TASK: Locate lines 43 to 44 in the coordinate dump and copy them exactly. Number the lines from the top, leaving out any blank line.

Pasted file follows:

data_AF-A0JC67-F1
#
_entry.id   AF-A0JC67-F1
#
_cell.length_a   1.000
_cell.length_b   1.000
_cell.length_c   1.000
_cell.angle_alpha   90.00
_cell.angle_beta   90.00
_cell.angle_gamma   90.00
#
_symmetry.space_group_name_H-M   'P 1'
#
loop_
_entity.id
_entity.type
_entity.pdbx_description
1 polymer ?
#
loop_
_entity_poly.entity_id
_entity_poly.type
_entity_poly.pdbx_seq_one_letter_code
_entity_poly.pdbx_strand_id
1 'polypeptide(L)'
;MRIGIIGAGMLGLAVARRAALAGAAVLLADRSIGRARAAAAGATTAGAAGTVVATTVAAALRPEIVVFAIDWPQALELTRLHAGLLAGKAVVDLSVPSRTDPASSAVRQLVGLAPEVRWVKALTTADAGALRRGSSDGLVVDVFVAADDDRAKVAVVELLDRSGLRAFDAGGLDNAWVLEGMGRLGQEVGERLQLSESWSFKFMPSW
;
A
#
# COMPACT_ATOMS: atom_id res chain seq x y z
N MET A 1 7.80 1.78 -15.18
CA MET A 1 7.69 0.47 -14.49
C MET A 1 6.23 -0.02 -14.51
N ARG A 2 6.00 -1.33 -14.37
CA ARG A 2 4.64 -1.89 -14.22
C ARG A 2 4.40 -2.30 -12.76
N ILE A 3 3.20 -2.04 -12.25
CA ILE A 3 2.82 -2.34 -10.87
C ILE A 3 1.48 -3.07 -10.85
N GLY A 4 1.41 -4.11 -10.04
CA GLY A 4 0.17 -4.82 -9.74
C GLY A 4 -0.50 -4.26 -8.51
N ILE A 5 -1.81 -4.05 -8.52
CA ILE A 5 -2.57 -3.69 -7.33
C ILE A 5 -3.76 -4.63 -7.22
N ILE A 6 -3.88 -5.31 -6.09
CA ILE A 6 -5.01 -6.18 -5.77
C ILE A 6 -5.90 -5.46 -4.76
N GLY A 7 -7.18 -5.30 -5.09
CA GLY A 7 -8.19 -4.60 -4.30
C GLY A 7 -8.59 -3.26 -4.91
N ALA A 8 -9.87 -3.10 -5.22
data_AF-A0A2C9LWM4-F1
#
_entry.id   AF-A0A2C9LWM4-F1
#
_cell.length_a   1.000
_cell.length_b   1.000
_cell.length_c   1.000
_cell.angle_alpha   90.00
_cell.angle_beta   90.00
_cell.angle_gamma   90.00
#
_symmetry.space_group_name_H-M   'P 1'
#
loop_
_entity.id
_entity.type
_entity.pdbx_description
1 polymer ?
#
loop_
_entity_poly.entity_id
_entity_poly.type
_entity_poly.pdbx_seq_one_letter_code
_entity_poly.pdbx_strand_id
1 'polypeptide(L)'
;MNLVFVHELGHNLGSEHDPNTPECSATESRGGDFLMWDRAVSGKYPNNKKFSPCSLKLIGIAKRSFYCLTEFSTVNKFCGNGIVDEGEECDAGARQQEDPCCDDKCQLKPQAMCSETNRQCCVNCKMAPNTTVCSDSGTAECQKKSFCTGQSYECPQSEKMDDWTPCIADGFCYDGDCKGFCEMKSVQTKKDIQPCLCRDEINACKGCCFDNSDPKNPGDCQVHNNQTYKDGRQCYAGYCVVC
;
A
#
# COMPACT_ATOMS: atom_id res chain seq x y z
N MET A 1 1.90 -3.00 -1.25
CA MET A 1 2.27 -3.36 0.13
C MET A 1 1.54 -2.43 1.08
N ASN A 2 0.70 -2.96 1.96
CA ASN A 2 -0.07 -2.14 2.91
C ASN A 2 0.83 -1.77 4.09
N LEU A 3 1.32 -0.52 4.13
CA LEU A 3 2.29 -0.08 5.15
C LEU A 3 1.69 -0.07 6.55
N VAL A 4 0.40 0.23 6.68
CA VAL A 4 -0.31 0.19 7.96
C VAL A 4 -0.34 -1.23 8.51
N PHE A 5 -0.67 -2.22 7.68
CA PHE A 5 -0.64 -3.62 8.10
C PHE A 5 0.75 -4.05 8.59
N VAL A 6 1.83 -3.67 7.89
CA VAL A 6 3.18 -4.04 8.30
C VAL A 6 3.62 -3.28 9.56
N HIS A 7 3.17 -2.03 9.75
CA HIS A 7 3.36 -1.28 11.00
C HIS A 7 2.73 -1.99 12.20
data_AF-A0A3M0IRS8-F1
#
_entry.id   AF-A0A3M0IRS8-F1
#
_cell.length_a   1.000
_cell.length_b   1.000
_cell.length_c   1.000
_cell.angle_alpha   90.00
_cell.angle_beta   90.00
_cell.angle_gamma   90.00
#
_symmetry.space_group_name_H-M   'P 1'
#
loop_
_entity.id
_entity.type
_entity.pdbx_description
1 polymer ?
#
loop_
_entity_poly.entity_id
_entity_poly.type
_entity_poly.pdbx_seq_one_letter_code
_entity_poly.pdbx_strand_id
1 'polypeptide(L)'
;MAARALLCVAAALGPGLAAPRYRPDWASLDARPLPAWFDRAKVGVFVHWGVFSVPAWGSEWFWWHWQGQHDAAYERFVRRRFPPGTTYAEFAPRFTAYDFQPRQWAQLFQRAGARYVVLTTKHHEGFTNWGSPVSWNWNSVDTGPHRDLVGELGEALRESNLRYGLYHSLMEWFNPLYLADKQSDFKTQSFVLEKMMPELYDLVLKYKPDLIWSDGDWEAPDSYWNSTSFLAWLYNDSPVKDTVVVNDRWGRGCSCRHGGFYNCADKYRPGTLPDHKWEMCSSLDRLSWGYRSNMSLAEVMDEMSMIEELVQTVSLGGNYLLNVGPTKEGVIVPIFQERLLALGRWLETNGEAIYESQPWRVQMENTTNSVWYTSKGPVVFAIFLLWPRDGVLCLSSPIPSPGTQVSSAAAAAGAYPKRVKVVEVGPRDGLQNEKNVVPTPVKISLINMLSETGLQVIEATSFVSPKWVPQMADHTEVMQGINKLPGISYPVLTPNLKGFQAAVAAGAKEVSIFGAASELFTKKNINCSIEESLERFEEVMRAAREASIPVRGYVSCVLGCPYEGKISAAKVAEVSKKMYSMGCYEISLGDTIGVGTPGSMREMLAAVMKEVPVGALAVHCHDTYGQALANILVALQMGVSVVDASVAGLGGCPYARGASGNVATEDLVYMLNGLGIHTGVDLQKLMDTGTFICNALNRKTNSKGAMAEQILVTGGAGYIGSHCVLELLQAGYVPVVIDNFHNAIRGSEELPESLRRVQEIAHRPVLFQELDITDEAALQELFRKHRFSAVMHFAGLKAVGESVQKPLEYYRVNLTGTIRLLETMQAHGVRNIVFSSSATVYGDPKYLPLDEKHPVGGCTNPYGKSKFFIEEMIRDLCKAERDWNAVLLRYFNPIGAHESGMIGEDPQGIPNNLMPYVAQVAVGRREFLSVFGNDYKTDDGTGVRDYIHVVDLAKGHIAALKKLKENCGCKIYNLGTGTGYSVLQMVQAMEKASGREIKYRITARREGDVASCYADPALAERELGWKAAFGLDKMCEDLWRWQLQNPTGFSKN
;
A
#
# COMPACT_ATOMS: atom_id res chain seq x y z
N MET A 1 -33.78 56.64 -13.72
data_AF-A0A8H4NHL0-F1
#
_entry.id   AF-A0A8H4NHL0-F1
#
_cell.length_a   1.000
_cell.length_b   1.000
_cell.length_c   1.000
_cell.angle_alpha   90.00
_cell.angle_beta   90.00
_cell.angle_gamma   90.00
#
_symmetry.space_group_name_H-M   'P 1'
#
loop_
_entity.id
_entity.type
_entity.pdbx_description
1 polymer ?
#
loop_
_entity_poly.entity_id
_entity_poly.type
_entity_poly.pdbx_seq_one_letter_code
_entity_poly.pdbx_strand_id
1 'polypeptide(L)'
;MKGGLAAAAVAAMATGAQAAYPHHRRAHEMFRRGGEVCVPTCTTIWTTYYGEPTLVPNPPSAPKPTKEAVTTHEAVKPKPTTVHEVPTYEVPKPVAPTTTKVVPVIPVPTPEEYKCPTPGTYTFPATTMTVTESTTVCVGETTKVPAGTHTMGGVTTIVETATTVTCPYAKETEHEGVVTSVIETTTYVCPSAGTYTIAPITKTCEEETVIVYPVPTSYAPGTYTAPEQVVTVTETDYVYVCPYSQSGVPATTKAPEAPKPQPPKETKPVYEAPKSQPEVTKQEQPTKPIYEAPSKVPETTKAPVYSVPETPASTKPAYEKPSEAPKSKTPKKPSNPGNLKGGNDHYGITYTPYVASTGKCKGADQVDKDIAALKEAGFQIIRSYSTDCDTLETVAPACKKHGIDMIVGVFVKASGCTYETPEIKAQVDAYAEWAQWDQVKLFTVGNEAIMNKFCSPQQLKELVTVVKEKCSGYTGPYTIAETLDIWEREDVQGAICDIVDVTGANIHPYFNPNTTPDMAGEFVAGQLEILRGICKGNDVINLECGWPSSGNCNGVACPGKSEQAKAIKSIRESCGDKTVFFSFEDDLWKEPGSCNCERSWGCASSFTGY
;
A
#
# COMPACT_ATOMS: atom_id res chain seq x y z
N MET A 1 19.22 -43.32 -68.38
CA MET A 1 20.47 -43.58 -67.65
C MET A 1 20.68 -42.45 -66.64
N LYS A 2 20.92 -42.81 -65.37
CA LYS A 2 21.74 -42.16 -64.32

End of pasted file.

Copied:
N ILE A 5 -1.81 -4.05 -8.52
CA ILE A 5 -2.57 -3.69 -7.33